Theory of Groups of Finite Order
by William Burnside
Publisher: Cambridge University Press 1897
Number of pages: 456
After introducing permutation notation and defining group, the author discusses the simpler properties of group that are independent of their modes of representation; composition-series of groups; isomorphism of a group with itself; Abelian groups; groups whose orders are the powers of primes; Sylow's theorem; etc.
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by Dave Witte Morris - arXiv
This revised version of a book in progress on arithmetic groups and locally symmetric spaces contains several additional chapters, including the proofs of three major theorems of G. A. Margulis (superrigidity, arithmeticity, and normal subgroups).
by F. J. Yndurain - arXiv
The following notes are the basis for a graduate course. They are oriented towards the application of group theory to particle physics, although some of it can be used for general quantum mechanics. They have no pretense of mathematical rigor.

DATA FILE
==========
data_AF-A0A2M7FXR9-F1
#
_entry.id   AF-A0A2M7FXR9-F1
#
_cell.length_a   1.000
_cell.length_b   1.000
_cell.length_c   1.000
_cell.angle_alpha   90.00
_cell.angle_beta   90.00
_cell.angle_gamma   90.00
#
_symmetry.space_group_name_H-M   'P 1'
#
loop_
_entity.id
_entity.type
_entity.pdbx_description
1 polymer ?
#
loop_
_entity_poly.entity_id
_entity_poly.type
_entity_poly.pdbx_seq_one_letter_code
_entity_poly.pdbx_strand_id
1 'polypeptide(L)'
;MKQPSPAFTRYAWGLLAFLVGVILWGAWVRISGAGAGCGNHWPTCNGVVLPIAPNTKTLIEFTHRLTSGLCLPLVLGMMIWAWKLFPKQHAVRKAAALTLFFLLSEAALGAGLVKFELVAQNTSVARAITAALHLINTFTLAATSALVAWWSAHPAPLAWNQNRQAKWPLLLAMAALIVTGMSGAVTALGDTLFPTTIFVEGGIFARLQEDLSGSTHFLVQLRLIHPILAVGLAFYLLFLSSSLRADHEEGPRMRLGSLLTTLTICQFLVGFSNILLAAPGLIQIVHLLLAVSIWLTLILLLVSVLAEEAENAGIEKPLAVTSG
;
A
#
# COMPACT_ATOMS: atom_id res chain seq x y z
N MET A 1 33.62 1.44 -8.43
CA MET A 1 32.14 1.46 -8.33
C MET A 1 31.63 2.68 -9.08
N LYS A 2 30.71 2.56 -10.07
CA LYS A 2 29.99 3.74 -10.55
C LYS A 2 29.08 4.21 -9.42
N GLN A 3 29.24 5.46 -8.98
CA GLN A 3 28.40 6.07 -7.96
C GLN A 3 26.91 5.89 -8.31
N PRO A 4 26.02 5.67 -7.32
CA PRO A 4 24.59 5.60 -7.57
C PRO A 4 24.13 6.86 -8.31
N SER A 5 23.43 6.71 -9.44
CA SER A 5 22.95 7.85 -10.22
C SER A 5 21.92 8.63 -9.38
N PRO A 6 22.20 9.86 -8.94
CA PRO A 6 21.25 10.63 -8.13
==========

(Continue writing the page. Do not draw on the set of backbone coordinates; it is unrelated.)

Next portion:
by W. B. V. Kandasamy, F. Smarandache - CuArt
In this book, for the first time, the authors represented every finite group in the form of a graph. This study is significant because properties of groups can be immediately obtained by looking at the graphs of the groups.
by Pavel Etingof - Massachusetts Institute of Technology
These are notes of a mini-course of group theory for high school students. This course covers the most basic parts of group theory with many applications. The notes contain many exercises, which are necessary for understanding the main text.